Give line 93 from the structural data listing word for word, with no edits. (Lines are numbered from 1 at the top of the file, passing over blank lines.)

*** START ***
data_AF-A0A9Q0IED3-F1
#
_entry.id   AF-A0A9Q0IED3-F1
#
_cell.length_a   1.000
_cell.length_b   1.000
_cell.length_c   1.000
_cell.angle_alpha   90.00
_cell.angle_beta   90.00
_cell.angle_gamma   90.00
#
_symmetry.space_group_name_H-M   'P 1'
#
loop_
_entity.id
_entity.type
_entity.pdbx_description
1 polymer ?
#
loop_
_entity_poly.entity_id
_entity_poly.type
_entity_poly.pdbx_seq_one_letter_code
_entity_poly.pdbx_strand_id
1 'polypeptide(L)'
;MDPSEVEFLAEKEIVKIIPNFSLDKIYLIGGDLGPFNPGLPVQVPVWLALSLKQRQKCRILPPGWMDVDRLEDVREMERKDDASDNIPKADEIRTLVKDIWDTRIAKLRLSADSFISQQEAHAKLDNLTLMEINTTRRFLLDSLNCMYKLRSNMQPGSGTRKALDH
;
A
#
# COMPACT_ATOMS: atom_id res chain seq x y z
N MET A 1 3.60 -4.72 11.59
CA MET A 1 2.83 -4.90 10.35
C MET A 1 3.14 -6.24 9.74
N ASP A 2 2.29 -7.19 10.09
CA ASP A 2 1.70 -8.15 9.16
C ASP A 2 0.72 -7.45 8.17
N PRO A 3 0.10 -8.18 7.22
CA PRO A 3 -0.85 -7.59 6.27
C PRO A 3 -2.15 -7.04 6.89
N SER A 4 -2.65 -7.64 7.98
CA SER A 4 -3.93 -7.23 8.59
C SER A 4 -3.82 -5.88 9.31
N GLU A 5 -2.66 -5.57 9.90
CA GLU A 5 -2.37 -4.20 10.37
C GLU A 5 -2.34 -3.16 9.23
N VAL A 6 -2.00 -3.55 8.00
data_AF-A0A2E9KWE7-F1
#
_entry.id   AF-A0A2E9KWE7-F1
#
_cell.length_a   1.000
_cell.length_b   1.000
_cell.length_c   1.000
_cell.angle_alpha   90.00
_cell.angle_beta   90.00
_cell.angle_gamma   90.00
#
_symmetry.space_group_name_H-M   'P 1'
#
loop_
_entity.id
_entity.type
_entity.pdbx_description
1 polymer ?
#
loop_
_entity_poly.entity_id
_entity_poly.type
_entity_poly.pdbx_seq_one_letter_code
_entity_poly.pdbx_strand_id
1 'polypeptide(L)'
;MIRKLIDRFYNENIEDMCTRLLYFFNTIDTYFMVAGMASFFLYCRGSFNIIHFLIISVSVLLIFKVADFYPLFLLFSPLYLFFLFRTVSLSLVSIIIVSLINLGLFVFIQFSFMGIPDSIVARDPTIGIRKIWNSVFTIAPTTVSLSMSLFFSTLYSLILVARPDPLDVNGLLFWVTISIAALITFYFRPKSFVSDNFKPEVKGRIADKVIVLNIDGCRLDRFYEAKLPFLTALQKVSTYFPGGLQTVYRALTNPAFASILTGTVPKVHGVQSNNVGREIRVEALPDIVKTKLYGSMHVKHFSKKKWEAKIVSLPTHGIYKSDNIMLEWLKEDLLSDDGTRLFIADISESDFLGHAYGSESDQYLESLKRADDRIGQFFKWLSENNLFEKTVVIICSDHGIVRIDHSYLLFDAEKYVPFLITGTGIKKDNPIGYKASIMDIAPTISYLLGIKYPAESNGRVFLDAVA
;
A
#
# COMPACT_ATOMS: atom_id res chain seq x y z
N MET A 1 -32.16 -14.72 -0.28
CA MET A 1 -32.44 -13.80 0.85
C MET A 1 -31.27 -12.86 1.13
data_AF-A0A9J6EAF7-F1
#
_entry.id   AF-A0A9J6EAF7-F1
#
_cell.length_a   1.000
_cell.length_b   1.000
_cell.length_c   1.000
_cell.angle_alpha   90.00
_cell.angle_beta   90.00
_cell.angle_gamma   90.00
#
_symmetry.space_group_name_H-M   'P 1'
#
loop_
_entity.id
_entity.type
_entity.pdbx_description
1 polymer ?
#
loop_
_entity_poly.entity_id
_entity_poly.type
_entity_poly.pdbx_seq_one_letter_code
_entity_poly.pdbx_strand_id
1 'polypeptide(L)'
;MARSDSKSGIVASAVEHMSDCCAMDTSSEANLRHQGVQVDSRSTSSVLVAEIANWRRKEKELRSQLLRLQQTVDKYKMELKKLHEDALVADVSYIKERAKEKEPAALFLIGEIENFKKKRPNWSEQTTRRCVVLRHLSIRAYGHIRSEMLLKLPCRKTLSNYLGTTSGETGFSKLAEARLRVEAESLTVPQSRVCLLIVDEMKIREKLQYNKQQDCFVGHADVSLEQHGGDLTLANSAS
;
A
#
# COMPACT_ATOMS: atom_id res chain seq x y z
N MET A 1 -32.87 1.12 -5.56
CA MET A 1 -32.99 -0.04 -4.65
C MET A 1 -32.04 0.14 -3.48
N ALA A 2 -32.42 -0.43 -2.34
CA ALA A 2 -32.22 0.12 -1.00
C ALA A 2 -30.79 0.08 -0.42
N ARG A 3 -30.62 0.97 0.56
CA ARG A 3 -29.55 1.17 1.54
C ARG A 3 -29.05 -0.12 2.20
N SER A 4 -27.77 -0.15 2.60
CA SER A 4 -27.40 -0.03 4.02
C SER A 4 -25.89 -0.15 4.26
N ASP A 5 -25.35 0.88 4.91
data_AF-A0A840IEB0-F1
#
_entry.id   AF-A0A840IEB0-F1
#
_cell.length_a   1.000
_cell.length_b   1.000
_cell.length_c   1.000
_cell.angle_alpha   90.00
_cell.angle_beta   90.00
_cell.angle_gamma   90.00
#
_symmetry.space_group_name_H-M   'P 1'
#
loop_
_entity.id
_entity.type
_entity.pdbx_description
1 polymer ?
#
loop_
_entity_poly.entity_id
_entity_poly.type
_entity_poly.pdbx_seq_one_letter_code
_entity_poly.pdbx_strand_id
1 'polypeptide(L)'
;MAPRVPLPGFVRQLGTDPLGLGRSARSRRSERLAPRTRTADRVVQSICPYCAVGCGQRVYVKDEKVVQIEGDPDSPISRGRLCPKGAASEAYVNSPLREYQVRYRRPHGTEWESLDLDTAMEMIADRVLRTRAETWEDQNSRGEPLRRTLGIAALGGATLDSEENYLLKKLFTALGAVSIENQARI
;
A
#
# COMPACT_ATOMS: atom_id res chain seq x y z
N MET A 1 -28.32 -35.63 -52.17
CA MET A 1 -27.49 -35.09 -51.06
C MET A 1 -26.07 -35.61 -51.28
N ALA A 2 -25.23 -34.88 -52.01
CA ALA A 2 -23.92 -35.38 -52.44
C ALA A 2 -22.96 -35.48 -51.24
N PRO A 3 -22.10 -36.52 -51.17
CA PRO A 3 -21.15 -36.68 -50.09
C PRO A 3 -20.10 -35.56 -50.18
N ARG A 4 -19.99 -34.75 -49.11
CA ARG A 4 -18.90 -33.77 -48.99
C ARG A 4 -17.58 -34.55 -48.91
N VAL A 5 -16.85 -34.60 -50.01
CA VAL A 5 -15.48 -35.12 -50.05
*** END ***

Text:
loop_